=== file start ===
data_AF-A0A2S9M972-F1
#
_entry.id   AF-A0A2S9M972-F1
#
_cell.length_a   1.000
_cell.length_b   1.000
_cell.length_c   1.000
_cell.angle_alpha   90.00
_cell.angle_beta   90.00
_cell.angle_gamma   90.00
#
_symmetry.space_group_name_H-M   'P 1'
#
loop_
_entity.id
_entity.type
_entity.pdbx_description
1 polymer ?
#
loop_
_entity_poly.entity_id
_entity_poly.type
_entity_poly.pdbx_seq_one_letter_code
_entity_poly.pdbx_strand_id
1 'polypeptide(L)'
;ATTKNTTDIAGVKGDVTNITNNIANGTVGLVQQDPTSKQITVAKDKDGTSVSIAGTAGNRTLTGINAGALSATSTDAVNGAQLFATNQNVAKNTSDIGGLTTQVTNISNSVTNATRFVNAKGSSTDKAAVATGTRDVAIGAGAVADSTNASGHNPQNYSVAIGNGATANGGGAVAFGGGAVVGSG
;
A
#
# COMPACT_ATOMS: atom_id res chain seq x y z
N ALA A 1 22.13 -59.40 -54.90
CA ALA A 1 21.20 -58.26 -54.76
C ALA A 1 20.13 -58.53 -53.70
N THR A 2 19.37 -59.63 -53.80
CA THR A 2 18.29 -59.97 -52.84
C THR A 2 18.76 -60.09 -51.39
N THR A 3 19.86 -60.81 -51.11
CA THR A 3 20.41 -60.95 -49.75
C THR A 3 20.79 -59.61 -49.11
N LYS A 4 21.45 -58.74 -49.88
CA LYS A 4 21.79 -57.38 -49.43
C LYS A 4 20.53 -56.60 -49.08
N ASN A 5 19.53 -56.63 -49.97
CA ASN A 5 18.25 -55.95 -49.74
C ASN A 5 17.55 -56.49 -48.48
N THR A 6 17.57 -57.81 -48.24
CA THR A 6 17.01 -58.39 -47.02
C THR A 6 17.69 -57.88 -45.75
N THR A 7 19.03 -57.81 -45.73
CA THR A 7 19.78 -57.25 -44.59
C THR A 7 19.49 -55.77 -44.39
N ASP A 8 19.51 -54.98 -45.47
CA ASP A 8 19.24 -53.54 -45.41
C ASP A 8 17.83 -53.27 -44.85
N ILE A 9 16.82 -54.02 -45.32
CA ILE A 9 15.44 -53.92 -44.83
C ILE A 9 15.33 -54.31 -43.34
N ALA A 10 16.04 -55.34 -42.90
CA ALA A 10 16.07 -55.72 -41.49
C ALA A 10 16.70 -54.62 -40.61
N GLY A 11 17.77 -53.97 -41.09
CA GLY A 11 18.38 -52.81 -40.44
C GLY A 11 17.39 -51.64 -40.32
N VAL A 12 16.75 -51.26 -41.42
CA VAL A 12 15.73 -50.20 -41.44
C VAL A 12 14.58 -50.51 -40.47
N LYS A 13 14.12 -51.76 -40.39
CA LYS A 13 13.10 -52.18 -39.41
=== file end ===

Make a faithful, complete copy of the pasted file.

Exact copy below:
data_AF-A0A2S9M972-F1
#
_entry.id   AF-A0A2S9M972-F1
#
_cell.length_a   1.000
_cell.length_b   1.000
_cell.length_c   1.000
_cell.angle_alpha   90.00
_cell.angle_beta   90.00
_cell.angle_gamma   90.00
#
_symmetry.space_group_name_H-M   'P 1'
#
loop_
_entity.id
_entity.type
_entity.pdbx_description
1 polymer ?
#
loop_
_entity_poly.entity_id
_entity_poly.type
_entity_poly.pdbx_seq_one_letter_code
_entity_poly.pdbx_strand_id
1 'polypeptide(L)'
;ATTKNTTDIAGVKGDVTNITNNIANGTVGLVQQDPTSKQITVAKDKDGTSVSIAGTAGNRTLTGINAGALSATSTDAVNGAQLFATNQNVAKNTSDIGGLTTQVTNISNSVTNATRFVNAKGSSTDKAAVATGTRDVAIGAGAVADSTNASGHNPQNYSVAIGNGATANGGGAVAFGGGAVVGSG
;
A
#
# COMPACT_ATOMS: atom_id res chain seq x y z
N ALA A 1 22.13 -59.40 -54.90
CA ALA A 1 21.20 -58.26 -54.76
C ALA A 1 20.13 -58.53 -53.70
N THR A 2 19.37 -59.63 -53.80
CA THR A 2 18.29 -59.97 -52.84
C THR A 2 18.76 -60.09 -51.39
N THR A 3 19.86 -60.81 -51.11
CA THR A 3 20.41 -60.95 -49.75
C THR A 3 20.79 -59.61 -49.11
N LYS A 4 21.45 -58.74 -49.88
CA LYS A 4 21.79 -57.38 -49.43
C LYS A 4 20.53 -56.60 -49.08
N ASN A 5 19.53 -56.63 -49.97
CA ASN A 5 18.25 -55.95 -49.74
C ASN A 5 17.55 -56.49 -48.48
N THR A 6 17.57 -57.81 -48.24
CA THR A 6 17.01 -58.39 -47.02
C THR A 6 17.69 -57.88 -45.75
N THR A 7 19.03 -57.81 -45.73
CA THR A 7 19.78 -57.25 -44.59
C THR A 7 19.49 -55.77 -44.39
N ASP A 8 19.51 -54.98 -45.47
CA ASP A 8 19.24 -53.54 -45.41
C ASP A 8 17.83 -53.27 -44.85
N ILE A 9 16.82 -54.02 -45.32
CA ILE A 9 15.44 -53.92 -44.83
C ILE A 9 15.33 -54.31 -43.34
N ALA A 10 16.04 -55.34 -42.90
CA ALA A 10 16.07 -55.72 -41.49
C ALA A 10 16.70 -54.62 -40.61
N GLY A 11 17.77 -53.97 -41.09
CA GLY A 11 18.38 -52.81 -40.44
C GLY A 11 17.39 -51.64 -40.32
N VAL A 12 16.75 -51.26 -41.42
CA VAL A 12 15.73 -50.20 -41.44
C VAL A 12 14.58 -50.51 -40.47
N LYS A 13 14.12 -51.76 -40.39
CA LYS A 13 13.10 -52.18 -39.41